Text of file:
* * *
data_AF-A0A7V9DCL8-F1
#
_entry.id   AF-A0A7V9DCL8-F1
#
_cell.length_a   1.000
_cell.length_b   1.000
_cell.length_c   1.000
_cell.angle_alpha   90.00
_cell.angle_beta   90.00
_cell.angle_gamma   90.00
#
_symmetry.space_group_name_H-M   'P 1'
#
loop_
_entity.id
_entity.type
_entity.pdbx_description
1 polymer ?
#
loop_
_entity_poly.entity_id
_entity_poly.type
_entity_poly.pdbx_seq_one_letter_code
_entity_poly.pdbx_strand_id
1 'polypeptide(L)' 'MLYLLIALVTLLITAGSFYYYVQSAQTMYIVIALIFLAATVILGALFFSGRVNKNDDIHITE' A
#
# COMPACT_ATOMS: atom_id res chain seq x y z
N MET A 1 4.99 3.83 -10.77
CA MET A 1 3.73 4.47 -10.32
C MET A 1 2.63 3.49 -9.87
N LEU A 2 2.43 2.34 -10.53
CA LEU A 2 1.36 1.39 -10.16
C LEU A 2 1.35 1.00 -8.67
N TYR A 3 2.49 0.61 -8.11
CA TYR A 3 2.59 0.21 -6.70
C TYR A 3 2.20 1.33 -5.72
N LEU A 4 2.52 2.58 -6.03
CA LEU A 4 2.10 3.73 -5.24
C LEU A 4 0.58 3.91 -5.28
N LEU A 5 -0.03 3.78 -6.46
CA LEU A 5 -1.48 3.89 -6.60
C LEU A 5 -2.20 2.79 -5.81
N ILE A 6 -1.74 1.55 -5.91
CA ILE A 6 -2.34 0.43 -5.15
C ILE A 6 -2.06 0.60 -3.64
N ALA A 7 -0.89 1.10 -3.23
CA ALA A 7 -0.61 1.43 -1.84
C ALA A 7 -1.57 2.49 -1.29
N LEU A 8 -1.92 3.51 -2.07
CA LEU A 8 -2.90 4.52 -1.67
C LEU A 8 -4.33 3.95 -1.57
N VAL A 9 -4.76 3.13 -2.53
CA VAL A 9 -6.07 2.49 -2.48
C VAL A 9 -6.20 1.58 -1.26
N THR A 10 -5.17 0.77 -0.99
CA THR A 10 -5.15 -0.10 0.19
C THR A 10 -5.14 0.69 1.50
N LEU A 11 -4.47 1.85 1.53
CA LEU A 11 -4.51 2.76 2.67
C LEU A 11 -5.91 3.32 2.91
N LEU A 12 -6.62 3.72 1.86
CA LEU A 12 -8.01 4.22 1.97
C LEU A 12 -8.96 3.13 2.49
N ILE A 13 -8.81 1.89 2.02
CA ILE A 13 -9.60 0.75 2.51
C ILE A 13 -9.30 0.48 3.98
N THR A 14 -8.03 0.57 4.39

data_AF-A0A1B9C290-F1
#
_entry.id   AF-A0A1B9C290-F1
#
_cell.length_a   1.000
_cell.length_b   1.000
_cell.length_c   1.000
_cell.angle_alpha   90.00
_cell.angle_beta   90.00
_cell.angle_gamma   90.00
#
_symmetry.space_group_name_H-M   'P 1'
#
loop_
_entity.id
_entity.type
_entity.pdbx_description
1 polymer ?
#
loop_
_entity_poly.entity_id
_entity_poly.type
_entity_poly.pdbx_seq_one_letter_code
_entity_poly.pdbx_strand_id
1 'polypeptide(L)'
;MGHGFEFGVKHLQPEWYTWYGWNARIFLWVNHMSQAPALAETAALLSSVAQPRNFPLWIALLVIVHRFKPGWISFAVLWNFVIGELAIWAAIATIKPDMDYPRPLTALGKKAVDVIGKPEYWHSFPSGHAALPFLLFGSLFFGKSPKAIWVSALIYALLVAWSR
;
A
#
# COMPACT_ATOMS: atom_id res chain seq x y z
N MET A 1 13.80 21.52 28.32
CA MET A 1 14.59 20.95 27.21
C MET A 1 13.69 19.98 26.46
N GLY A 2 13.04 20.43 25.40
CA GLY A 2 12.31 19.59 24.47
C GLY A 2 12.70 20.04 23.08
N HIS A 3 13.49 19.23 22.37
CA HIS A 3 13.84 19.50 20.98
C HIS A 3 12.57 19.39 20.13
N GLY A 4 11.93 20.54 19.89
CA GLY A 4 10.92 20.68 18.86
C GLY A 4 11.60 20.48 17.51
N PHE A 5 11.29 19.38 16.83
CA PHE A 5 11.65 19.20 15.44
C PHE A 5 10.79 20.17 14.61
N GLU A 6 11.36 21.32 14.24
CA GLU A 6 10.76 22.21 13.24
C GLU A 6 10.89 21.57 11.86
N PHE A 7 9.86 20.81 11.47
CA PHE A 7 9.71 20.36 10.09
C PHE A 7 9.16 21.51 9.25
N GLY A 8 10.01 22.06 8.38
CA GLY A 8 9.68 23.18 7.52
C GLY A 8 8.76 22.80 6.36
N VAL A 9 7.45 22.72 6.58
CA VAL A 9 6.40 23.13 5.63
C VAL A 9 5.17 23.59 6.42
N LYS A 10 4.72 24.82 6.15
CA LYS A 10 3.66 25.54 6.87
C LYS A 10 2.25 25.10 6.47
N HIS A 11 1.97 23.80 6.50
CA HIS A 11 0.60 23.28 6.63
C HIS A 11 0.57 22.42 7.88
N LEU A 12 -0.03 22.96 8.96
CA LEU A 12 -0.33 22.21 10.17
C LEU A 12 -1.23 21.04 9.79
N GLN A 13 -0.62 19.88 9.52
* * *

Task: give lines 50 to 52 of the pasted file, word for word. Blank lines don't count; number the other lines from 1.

CA LEU A 8 -2.90 4.52 -1.67
C LEU A 8 -4.33 3.95 -1.57
N VAL A 9 -4.76 3.13 -2.53